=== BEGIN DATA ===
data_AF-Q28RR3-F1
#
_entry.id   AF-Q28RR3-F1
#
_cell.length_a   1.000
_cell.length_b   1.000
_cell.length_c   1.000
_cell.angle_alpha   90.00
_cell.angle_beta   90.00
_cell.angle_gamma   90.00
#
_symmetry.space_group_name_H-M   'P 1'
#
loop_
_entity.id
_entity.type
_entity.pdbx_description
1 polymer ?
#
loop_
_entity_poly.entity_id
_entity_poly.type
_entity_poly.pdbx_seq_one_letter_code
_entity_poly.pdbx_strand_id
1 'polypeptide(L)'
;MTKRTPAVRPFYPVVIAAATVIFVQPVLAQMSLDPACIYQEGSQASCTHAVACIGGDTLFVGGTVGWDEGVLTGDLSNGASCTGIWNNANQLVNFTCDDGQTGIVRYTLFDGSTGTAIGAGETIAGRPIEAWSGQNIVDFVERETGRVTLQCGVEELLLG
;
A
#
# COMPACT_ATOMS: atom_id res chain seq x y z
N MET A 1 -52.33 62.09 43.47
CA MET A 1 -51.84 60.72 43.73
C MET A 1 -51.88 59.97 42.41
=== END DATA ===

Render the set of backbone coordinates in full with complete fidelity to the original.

data_AF-Q28RR3-F1
#
_entry.id   AF-Q28RR3-F1
#
_cell.length_a   1.000
_cell.length_b   1.000
_cell.length_c   1.000
_cell.angle_alpha   90.00
_cell.angle_beta   90.00
_cell.angle_gamma   90.00
#
_symmetry.space_group_name_H-M   'P 1'
#
loop_
_entity.id
_entity.type
_entity.pdbx_description
1 polymer ?
#
loop_
_entity_poly.entity_id
_entity_poly.type
_entity_poly.pdbx_seq_one_letter_code
_entity_poly.pdbx_strand_id
1 'polypeptide(L)'
;MTKRTPAVRPFYPVVIAAATVIFVQPVLAQMSLDPACIYQEGSQASCTHAVACIGGDTLFVGGTVGWDEGVLTGDLSNGASCTGIWNNANQLVNFTCDDGQTGIVRYTLFDGSTGTAIGAGETIAGRPIEAWSGQNIVDFVERETGRVTLQCGVEELLLG
;
A
#
# COMPACT_ATOMS: atom_id res chain seq x y z
N MET A 1 -52.33 62.09 43.47
CA MET A 1 -51.84 60.72 43.73
C MET A 1 -51.88 59.97 42.41